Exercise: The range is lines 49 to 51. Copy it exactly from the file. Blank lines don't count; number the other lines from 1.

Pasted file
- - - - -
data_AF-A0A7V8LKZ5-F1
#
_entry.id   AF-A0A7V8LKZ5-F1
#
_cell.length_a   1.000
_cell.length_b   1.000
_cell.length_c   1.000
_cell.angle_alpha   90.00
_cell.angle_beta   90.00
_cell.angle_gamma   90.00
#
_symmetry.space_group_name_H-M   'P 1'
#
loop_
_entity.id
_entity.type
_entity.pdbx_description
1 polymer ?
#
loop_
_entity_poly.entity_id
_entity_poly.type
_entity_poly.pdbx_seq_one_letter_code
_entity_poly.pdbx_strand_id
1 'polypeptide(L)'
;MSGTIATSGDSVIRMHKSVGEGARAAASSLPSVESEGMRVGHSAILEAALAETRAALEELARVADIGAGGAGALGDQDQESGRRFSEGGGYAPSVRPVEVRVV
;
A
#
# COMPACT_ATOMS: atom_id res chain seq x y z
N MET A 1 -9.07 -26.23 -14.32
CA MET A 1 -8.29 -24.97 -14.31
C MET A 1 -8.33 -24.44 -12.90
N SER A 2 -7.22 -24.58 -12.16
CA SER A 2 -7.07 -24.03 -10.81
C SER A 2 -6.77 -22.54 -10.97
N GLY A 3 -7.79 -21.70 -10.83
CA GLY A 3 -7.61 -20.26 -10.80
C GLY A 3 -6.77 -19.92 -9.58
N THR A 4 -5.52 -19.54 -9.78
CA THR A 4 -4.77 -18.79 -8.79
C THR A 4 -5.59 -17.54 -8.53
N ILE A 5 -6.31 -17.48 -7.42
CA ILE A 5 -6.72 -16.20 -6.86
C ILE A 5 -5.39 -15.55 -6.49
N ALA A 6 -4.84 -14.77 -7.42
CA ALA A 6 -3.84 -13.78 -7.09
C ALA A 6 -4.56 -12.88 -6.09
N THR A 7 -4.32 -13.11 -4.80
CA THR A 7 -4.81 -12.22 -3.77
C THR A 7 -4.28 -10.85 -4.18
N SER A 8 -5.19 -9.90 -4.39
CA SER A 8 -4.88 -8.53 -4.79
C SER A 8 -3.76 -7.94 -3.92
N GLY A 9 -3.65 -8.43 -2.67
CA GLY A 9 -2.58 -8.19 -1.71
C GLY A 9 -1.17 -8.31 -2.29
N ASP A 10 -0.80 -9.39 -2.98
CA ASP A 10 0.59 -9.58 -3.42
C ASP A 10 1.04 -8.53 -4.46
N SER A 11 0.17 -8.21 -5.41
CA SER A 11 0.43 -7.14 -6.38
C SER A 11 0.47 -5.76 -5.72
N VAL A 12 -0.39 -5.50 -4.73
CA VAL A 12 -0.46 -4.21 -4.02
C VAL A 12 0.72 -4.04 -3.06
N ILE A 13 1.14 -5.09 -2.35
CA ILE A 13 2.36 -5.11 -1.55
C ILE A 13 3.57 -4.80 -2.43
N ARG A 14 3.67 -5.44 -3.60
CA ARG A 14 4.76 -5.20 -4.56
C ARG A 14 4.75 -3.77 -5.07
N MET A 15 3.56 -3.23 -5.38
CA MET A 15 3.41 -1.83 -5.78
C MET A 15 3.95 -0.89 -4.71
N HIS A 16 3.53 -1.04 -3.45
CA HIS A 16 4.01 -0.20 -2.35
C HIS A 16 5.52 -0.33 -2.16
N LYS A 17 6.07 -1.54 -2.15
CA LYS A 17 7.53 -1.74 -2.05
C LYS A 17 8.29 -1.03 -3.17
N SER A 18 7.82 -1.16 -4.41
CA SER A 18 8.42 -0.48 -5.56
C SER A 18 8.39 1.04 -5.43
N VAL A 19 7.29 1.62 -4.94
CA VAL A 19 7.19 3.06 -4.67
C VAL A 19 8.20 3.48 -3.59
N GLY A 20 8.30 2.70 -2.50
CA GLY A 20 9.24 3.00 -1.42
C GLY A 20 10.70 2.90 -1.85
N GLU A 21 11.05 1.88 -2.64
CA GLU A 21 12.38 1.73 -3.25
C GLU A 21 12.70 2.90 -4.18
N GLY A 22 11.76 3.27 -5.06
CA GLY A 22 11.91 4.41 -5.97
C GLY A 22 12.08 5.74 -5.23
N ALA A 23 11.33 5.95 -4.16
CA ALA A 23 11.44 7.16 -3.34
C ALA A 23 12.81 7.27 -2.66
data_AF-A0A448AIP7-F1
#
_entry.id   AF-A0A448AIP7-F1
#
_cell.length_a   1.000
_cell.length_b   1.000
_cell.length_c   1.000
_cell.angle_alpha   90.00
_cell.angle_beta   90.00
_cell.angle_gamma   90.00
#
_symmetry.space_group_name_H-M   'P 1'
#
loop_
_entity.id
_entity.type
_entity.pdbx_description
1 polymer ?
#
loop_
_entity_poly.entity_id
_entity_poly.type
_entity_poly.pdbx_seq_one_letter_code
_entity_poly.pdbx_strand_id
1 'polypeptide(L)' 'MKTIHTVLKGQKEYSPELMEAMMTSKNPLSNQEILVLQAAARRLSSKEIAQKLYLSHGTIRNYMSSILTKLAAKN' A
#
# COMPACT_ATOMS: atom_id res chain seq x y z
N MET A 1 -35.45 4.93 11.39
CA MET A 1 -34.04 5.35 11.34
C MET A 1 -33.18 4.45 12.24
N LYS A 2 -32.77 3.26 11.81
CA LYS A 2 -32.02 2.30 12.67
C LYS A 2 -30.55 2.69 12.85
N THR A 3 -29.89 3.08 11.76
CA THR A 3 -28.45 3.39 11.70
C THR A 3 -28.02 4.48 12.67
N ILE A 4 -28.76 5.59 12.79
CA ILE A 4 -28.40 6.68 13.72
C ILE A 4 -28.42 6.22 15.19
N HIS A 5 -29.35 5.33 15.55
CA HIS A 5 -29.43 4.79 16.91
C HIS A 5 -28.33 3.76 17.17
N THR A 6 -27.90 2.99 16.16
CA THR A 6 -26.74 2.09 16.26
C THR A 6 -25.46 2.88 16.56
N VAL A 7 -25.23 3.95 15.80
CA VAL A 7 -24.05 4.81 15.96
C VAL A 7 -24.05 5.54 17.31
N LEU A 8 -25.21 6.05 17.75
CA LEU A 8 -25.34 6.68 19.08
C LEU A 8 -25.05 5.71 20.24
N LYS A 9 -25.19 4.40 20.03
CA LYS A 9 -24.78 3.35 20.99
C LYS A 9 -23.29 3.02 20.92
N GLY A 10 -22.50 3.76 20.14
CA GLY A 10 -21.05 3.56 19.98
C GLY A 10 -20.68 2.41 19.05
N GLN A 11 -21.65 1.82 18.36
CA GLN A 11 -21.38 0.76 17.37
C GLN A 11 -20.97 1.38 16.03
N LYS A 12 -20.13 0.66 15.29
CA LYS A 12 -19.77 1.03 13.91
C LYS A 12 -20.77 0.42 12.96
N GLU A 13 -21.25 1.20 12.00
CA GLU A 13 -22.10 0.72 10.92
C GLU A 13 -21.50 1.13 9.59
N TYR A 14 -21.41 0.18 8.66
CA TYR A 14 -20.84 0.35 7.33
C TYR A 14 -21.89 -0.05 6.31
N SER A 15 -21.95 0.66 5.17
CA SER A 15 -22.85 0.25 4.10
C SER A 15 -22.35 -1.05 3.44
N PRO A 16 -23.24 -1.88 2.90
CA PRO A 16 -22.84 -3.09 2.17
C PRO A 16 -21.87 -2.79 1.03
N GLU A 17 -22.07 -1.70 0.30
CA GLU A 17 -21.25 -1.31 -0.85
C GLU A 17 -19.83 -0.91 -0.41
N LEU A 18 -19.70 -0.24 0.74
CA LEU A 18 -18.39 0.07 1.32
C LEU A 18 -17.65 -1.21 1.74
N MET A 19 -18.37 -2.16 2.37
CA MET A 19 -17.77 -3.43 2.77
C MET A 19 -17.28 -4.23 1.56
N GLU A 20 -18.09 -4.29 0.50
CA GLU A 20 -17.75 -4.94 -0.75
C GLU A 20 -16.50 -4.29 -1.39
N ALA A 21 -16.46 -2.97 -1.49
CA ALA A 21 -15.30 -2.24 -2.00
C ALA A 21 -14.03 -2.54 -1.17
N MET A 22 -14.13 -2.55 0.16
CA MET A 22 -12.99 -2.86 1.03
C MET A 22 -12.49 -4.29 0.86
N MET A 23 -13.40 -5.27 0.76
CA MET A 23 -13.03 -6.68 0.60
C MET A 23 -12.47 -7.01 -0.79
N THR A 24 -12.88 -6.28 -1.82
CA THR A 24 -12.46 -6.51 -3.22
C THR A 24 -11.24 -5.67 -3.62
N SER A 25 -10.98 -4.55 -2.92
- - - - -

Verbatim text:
N THR A 7 -4.32 -13.11 -4.80
CA THR A 7 -4.81 -12.22 -3.77
C THR A 7 -4.28 -10.85 -4.18